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The Great Debate: A Statistical Look at Player of the Year

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A statistical look at the three contenders for player of the year.

Alex Livesey

Disclaimer- You are on a Liverpool blog, this is going to be slightly biased no matter how hard I try not to be. Feel free to refute these stats and/or opinions in the comments.

In all honestly I tried to suppress my bias and let the numbers do the talking. After I started poking around, I was quite surprised by what the numbers told. All these stats come from A fantastic site I highly recommend you check out. The subscription is well worth it. On to the good stuff.

Who who should it be? Clearly the field should be narrowed to three names: Bale, Van Persie, and Suarez. These awards make me cringe a bit since they seem to be as much a popularity contest as an actual award for good play. Everyone has their corners and at this point many are dug in, but I thought it would be a good time to take a look at some of the statistics and what they show about each player's game.

As many of you (especially kindred) know, I am not a huge fan of using statistics as a means of evaluating actual play and worth to a team. Unlike baseball, there is so much in football that is not accounted for. Mainly, movement off the ball. While stats have gotten much better lately with statisticians keeping track of everything from touches and dribbles to snot rockets and loogies, they still can be misleading. As the great philosopher Homer Simpson once said, "Facts are meaningless, you can use facts to prove anything that's remotely true!"

So here we go. All of the candidates are very offensive minded players. I could keep whacking away at goals scored and we would end up right where we started. Let's look at the other side of the ball, what do these players do when they lose possession and what do they do to make chances for others:

First defensive stats:

Suarez Bale RvP
Appearances 29 26 26(3)
Minutes 2595 2294 2313
Number of Ground 50/50's 450 245 175
% Ground 50/50's won 38% 48% 47%
Aerial 50-50's 38 111 81
% Aerial 50/50's won 26% 40% 42%
Tackles 39 24 18
Tackle Success Rate (%) 79.5% 70.8 77.8%
Interceptions 18 35 9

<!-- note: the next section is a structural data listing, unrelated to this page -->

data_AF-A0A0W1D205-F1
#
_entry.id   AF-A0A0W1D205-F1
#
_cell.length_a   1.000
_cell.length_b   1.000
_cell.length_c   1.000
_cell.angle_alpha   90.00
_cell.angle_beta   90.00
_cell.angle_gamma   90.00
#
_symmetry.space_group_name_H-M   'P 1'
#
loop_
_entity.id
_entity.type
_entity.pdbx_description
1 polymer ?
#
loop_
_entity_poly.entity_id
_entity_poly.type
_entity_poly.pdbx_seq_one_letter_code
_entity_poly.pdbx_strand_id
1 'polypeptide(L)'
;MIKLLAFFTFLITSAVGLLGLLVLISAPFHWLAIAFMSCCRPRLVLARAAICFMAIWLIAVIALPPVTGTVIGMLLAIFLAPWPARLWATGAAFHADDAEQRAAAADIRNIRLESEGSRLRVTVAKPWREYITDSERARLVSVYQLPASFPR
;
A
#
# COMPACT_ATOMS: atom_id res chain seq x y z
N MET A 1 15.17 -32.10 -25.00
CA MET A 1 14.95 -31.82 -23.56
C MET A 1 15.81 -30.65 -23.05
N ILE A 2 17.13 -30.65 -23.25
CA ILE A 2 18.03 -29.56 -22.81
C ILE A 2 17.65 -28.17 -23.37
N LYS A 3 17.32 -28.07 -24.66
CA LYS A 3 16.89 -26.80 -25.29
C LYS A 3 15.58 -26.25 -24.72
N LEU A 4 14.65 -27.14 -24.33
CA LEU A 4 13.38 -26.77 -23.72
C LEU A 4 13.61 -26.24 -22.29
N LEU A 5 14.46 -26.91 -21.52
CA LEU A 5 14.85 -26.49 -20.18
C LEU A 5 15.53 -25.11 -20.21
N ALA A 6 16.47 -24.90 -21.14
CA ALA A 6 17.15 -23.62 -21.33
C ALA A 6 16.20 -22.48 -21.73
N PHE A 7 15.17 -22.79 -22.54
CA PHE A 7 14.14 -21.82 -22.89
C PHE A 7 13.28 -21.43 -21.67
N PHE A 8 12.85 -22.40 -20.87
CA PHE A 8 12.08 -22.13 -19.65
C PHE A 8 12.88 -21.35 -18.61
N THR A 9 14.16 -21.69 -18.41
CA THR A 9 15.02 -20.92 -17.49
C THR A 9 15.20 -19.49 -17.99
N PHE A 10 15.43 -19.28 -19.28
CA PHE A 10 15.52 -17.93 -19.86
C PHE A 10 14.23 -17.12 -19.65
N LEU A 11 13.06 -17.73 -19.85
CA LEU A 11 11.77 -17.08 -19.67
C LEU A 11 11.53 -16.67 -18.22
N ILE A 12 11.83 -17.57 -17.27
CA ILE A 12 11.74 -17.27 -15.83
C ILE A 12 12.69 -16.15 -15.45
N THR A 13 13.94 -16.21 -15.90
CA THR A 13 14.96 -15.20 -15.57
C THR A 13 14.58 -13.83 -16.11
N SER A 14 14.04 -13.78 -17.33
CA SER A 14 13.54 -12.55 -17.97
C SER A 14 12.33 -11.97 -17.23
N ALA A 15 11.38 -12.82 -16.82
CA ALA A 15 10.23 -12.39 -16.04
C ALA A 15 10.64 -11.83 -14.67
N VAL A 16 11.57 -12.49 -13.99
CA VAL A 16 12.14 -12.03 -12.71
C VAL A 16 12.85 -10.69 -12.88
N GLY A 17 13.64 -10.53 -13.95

What jumps out at me first is that they are fairly similar in playing time although Suarez does have about two more games (in terms of minutes) than the Bale, the player with the least. However, it is quite clear that RvP is a one trick pony. Sure, he plays higher up the pitch than either Bale or Suarez do now, but don't forget that Suarez was played all by his lonesome until Sturridge arrived. Both Bale and Suarez clearly contribute significantly to the defensive play of their side. RvP's number of tackles and number of 50/50s are much much lower than the other two's.

Suarez clearly likes to get stuck in, and might be a decent holding midfielder. He has over 200 more total 50/50s than Gerrard does. Bale being a wider player at times obviously tracks back and statistically puts in a good defensive shift.

Suarez Bale RvP
Possession Won in Def Third 14
31 12
Possession Won in Mid Third 61 56 45
Possession Won in Att Third 27 7 15

The 27 balls won back in the attacking third is the highest mark in the EPL thus far. This would seem to show again that Suarez is much more active without the ball and tenacious in and although he has been dispossessed more than either of the two (although he has far more touches), he works hard to get it back and keep the pressure on.

Lastly we'll look at what they do when in attack mode and their statistical creativity.

Suarez Bale RvP
Accurate Final Third Passes 416 244 297
Pass Accuracy (%), Final Third 72% 71% 74%
Successful Dribbles 79 55 25
Total Dribbles 216 116 35
Total Crosses
Total Chances Created (includes assists)
Clear Cut Chances Created

So the final round of stats shows how much more Suarez contributes to the rest of the team than the other two do. He has nearly 25% more accurate passes in the final third. It was a but surprising to me to see how far off Suarez was in his number of crosses, although it makes much more sense based on his more direct style of play and desire to take defenders on. Bale obviously would lead this since he is a more natural wide player. However, despite this Suarez is still far ahead of the others in terms of total chances created. It is actually quite the indictment of Liverpool's finishing ability that Suarez only has four assists.

What do I take away from this? Well, it is clearly not a three horse race. It really is a two horse race between Bale and Suarez. The stats together do seem to show that both Bale and Suarez are much more involved in their overall team play. One must take into consideration though that they are the focal points of their respective teams nearly every minute of every game which RvP is not. Much of Suarez's passing stats are padded by the style of play the Brendan Rodgers has implemented at Liverpool.

That said, Bale and Suarez are clearly having unreal seasons, but not just offensively. Their defensive contributions are unappreciated in the general conversation, but should not be overlooked.